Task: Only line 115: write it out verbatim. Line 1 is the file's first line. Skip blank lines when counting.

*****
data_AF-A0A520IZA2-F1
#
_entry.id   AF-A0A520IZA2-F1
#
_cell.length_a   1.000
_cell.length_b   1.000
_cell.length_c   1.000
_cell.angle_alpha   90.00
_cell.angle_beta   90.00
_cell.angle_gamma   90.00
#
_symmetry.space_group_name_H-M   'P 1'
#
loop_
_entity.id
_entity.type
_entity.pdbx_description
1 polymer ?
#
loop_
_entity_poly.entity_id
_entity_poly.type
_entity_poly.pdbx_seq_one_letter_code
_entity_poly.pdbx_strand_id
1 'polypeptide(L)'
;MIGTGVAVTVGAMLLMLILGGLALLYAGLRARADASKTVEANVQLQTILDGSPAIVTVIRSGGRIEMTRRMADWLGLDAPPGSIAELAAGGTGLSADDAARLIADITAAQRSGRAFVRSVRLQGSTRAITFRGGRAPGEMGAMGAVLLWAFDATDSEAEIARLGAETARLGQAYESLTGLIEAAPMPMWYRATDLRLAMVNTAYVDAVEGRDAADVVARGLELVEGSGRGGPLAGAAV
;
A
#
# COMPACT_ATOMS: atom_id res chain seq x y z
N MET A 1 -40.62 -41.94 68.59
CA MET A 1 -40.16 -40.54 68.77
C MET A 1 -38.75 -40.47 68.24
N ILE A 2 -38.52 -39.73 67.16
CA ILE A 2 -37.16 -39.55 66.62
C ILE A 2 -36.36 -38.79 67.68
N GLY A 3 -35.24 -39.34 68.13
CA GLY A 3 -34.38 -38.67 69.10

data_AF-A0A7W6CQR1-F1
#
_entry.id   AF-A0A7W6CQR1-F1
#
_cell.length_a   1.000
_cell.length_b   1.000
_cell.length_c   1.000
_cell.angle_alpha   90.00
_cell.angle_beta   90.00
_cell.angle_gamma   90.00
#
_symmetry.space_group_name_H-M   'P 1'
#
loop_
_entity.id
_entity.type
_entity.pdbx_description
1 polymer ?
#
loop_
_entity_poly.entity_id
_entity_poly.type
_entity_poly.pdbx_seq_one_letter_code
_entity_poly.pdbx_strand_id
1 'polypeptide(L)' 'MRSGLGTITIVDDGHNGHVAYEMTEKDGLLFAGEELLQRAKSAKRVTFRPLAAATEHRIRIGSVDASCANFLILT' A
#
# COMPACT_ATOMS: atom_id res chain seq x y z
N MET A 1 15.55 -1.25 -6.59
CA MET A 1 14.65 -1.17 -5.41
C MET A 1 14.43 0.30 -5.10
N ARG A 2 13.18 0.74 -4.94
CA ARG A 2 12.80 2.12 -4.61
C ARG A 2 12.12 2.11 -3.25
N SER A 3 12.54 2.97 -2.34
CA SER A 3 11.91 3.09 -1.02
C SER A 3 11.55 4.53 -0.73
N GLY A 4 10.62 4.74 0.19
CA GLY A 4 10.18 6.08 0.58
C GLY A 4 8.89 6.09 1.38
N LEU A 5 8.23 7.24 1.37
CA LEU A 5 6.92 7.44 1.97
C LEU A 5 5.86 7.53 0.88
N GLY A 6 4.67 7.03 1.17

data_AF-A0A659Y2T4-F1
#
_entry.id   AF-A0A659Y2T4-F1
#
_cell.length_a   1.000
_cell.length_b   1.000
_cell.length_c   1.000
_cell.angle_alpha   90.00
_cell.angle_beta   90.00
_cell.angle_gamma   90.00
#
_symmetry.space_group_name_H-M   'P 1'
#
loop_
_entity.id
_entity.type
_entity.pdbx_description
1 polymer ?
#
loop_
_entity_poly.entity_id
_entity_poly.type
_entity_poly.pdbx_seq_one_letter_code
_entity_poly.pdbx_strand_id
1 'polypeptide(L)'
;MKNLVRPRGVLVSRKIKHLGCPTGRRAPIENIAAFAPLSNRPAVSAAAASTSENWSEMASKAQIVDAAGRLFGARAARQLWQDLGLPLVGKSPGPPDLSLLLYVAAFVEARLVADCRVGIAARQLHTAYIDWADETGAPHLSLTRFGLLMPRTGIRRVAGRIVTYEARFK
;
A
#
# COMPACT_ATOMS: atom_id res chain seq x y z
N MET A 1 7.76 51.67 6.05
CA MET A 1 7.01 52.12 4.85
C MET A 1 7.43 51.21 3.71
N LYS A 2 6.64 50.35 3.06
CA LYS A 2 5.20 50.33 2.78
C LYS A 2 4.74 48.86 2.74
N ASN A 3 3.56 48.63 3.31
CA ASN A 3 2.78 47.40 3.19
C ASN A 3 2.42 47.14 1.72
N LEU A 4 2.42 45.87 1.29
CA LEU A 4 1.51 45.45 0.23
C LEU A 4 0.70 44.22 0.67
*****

N LYS A 2 6.64 50.35 3.06